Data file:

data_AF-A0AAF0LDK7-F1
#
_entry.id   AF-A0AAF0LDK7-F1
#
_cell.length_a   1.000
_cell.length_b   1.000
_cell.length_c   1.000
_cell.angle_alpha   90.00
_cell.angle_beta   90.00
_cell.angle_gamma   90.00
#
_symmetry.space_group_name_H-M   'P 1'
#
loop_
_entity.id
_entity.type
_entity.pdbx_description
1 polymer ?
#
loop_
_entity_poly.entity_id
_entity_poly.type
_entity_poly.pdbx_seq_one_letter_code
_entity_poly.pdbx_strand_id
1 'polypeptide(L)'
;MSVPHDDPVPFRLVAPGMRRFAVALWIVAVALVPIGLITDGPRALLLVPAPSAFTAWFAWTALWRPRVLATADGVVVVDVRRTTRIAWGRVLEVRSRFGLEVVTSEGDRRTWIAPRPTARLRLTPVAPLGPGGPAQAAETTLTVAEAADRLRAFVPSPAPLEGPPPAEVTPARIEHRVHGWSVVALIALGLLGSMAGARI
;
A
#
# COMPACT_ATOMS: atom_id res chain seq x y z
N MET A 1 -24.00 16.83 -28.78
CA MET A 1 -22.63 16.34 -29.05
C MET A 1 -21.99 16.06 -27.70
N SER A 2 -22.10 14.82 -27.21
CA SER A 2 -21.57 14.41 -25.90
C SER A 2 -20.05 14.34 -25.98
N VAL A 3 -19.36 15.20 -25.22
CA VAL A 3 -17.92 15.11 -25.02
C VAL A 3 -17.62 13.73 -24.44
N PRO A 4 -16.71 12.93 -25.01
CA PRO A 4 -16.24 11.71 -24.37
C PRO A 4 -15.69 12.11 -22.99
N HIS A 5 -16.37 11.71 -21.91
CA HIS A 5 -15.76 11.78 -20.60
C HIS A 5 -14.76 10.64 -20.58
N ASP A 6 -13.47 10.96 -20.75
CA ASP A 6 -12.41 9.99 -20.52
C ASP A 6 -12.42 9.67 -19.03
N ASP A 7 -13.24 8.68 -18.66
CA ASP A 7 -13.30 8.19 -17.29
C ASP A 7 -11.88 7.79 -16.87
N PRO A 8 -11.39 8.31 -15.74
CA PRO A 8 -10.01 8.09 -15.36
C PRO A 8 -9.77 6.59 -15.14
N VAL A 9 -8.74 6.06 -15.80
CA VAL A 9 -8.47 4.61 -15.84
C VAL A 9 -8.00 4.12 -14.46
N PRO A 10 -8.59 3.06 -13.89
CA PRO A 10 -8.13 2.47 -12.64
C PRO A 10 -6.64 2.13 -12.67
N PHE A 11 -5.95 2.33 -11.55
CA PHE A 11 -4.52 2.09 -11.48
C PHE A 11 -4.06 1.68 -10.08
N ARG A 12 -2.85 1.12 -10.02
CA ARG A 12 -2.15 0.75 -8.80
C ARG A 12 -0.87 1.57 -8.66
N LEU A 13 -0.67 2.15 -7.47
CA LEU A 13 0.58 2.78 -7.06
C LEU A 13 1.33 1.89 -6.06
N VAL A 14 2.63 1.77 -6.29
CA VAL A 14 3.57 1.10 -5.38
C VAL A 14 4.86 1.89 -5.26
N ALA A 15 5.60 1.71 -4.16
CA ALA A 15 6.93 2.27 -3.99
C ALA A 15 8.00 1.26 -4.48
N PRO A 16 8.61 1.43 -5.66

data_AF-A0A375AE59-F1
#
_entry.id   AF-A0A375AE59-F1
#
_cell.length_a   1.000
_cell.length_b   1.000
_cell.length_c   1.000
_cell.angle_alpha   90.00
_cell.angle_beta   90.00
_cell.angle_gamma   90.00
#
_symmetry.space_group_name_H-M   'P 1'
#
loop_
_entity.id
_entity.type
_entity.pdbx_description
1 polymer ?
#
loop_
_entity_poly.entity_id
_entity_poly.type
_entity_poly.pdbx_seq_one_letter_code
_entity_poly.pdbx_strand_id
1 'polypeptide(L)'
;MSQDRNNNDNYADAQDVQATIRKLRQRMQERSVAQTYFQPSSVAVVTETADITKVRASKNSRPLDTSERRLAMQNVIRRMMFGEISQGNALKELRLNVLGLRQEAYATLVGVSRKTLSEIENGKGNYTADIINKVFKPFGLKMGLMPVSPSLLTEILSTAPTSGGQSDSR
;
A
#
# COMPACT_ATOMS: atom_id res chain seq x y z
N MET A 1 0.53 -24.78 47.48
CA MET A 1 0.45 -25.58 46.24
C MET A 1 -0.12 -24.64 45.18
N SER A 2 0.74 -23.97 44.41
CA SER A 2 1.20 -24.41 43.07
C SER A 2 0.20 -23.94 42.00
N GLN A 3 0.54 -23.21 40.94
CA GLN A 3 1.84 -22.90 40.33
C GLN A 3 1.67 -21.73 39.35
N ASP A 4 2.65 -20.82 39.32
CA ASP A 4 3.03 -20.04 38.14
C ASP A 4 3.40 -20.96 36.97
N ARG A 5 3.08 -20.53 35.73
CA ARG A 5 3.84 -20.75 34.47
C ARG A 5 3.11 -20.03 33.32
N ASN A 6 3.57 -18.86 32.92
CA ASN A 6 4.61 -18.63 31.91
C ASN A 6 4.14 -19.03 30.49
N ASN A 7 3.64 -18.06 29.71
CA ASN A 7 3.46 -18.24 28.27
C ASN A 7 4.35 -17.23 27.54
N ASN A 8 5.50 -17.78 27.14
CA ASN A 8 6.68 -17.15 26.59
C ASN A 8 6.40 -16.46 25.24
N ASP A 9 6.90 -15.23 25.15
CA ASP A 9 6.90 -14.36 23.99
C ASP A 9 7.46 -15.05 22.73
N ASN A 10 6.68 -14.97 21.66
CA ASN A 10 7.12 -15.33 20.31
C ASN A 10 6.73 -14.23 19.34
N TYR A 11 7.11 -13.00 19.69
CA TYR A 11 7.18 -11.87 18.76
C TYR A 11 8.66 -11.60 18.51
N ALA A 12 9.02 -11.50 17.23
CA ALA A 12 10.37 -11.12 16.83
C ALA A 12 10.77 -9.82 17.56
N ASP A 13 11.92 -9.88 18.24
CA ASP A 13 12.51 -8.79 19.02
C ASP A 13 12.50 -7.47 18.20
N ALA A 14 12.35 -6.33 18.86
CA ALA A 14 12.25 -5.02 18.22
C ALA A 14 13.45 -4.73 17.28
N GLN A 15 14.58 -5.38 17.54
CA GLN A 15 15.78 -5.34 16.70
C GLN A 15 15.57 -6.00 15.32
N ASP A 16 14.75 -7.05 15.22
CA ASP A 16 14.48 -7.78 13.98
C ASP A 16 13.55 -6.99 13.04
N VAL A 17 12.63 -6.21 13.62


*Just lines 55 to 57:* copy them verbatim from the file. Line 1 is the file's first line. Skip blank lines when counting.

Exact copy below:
N VAL A 9 -8.74 6.06 -15.80
CA VAL A 9 -8.47 4.61 -15.84
C VAL A 9 -8.00 4.12 -14.46